Catching Up With Linda Hart

New York Post
You’ve gotta have Hart
Last Updated: 2:14 AM, May 5, 2011
Posted: 7:28 PM, May 4, 2011

It’s a warm spring afternoon, and Broadway actress Linda Hart – now in the Tony-nominated musical “Catch Me If You Can” – is pointing out the array of brass angels and holiday decor on the parlor floor of her West Chelsea brownstone.

“Every day is Christmas in our home,” Hart says. That’s not necessarily because the 1848 townhouse was built on farmland once owned and divided into lots by Clement Clarke Moore, the author of “The Night Before Christmas.”

“If they make it to Easter,” she says of the Yuletide trimmings, “they just stay up.”

The townhouse, which was landmarked so long ago that neither Hart nor her investment banker husband know when it happened, is extremely wide and deep, measuring 21 feet by 55 feet. There’s more than 4,500 square feet of living space spread across four floors, not counting the basement. Hart and her husband reside on the three lower floors, which are laid out with three bedrooms, four bathrooms, two kitchens, a study and two living rooms. (They rent out the top floor.)

Perhaps the home’s most dramatic space is the 21-by-40-foot living/dining room on the parlor floor, with 12-foot ceilings and wall-to-wall windows. There’s also three fireplaces, as well as two decks and a planted garden.

“My husband’s father bought the house in the 1960s,” Hart says. “Then, when he passed away, my husband bought it from his mother in the 1980s. We still have furniture from my husband’s family, and some pieces – a sofa, a double hutch and a server – that my father-in-law made and hand-carved himself.”

In fact, they have lots and lots of pieces: antiques, memorabilia, art glass, angels, photos and other collectibles.

Many of the pieces are in the living room. Under an end table are neatly tucked slippers that turn out to be 19th-century Dutch wooden shoes (Hart and her husband are both Dutch). There are two matching red-lacquered, early-1900s curio cabinets and a tabletop of hand-blown Correia art glass.

“I’m a collector,” Hart says, “and I really enjoy interesting things. Everything really sort of does have a story.”

Then there’s the pipe organ her in-laws bought from a church in New Jersey. (Both Hart and her husband play.) It stands a short distance from a grand piano, bongo drums, conga drums, an upright bass and a mandolin (all of which Hart plays).

“My husband and I both come from musical families,” she says. “My mom alone plays 17 instruments – including water glasses!”

Hart could almost pen a story about her relationship with Marc Shaiman and Scott Wittman who wrote the music and lyrics for “Catch Me If You Can,” based on the movie version and the true life of reformed con man Frank Abagnale, and now playing at the Neil Simon Theatre. (The original cast recording will be released in May.)

“They’ve been in my life since my first job when I was a backup singer for Bette Midler,” says Hart, who was one of the Harlettes; Marc was her vocal conductor.

“This is my third show with Marc and Scott,” she says. “The first was ”˜Livin’ Dolls’ in 1982, then ”˜Hairspray’ in 2002 and now ”˜Catch Me.’ ”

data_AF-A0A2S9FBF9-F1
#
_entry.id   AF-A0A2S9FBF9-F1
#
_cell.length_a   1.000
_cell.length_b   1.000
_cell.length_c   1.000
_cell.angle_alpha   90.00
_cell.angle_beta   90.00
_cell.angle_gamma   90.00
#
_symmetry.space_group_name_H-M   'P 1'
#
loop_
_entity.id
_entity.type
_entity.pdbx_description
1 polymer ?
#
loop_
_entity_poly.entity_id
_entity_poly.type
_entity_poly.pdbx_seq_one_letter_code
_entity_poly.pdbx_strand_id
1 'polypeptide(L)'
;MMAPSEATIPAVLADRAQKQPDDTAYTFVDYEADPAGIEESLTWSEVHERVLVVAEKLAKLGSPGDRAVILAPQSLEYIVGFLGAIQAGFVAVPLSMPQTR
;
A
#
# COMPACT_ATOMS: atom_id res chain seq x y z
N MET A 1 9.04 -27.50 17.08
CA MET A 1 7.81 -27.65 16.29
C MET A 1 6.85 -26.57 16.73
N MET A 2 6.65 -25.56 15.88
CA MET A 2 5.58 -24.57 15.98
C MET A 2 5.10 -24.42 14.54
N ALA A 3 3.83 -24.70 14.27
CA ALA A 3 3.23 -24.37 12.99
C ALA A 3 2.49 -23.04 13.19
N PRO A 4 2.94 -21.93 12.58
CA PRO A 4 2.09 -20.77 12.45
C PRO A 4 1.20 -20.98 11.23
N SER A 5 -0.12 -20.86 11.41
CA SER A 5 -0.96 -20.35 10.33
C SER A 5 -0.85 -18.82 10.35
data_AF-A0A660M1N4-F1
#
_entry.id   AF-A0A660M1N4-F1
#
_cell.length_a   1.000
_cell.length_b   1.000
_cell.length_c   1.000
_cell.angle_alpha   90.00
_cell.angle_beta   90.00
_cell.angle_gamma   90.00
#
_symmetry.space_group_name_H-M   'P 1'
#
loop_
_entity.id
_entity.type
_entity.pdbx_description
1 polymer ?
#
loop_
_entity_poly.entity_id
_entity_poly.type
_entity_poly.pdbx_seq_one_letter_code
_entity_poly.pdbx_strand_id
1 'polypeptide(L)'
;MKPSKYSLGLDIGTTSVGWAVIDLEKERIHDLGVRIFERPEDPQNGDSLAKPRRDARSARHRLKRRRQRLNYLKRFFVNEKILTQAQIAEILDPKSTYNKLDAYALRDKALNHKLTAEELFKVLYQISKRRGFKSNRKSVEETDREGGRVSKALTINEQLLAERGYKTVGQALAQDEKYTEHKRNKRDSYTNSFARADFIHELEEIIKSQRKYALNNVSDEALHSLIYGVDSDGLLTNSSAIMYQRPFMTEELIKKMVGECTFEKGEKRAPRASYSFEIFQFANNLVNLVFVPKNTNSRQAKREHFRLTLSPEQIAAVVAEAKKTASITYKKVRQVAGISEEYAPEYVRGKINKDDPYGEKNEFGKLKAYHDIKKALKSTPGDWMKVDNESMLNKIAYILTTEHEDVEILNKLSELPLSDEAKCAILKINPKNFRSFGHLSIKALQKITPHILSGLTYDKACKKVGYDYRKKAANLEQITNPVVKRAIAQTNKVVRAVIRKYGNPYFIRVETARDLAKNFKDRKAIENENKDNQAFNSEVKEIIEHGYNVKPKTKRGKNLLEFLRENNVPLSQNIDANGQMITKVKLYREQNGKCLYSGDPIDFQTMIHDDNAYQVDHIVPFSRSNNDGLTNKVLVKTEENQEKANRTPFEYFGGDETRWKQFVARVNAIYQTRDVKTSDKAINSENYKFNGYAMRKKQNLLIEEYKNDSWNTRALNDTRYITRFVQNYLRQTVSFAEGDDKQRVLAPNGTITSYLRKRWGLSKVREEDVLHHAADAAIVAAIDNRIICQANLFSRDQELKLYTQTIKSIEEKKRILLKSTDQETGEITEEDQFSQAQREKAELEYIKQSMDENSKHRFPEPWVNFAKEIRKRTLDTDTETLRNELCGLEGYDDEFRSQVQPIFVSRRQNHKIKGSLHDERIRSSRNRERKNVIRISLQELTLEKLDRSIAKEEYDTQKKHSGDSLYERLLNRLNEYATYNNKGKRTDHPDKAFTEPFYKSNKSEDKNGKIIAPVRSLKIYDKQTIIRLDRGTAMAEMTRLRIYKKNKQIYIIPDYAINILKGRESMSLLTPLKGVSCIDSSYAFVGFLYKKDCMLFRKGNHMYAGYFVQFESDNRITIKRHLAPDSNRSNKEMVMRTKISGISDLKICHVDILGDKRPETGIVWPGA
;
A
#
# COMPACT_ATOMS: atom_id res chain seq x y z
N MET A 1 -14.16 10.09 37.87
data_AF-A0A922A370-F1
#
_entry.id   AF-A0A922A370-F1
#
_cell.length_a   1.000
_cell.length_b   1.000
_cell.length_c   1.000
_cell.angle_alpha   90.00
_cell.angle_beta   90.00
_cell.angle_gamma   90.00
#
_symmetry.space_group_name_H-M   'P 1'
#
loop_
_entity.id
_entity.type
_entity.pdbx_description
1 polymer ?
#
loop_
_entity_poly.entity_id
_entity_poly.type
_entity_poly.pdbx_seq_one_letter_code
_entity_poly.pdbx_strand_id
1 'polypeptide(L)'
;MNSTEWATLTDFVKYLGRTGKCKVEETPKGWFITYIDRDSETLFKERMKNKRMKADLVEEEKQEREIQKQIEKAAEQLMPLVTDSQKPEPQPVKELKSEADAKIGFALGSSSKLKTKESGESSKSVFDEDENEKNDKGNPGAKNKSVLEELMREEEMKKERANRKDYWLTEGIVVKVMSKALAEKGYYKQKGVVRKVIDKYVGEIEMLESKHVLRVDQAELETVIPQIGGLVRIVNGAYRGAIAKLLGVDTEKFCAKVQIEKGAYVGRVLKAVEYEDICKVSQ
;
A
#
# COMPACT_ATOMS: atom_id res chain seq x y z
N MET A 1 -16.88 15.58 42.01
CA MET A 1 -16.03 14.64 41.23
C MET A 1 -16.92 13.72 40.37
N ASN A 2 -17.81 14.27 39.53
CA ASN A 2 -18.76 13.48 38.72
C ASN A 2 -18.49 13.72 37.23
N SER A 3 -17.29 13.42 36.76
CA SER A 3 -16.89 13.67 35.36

Hart’s character, Carol Strong, was inspired by her real family. She’d been doing workshops and tryouts of “Catch Me” for 2½ years and was asked by the director, Jack O’Brien, what her family did evenings after they finished dinner. Hart, who grew up in a Grammy-winning family known as the Musical Harts, told him they all sat down and made music together. So, a scene was written for the show similar to what actually went on in her home.

Hart’s other New York theater credits include “The Great American Trailer Park Musical,” “Anything Goes” – for which she won a 1988 Theater World Award – and “Divine Madness.”

While performing in “Catch Me” eight times a week, Hart still finds time to plan future shows. They include one based on the life and music of composer Bert Berns, another on the life of stripper Candy Barr and still another about her own extraordinary life. She is writing the latter, called “Hart Break Motel,” herself.

“My parents were both ministers,” Hart says. “I was born in Dallas, but we traveled all over the country and Europe in a tent revival. When I was just an infant, my mother used to place my bassinet right next to the Hammond organ. Then she and my dad would hold a revivalist meeting. That was my beginning, and I’m terribly grateful for it.

“I think interesting homes are in my blood,” she continues. “Throughout my childhood, my parents would buy a house – or, sometimes, my father would build it – my mother would decorate it, and then they’d turn it over. The first real house I ever lived in had once belonged to [liquor mogul] Hiram Walker. It had 32 rooms, eight bedrooms, 10 baths. And Jean Harlow had once lived in the first apartment I ever rented in Hollywood.

“Now I live in this beautiful, historic house in Chelsea. To me, that’s just wonderful!”

Linda Hart’s favorite things

* The evening bags and matching compacts (made with Swarovski crystals) created by Jimmy Crystal for different roles and occasions (below)

* Mazeppa, her rescued terrier mix, named after the character Hart played in “Gypsy”

* The Musical Harts’ albums – her family recorded about 20

* Her Theater World Award for “Anything Goes”

* The wall of photos on the garden-floor level

* Her mother’s shoes and Hart’s dress from the 1960s; they were dressed in identical mother-daughter outfits for an album cover.

* Her doll collection from Provence

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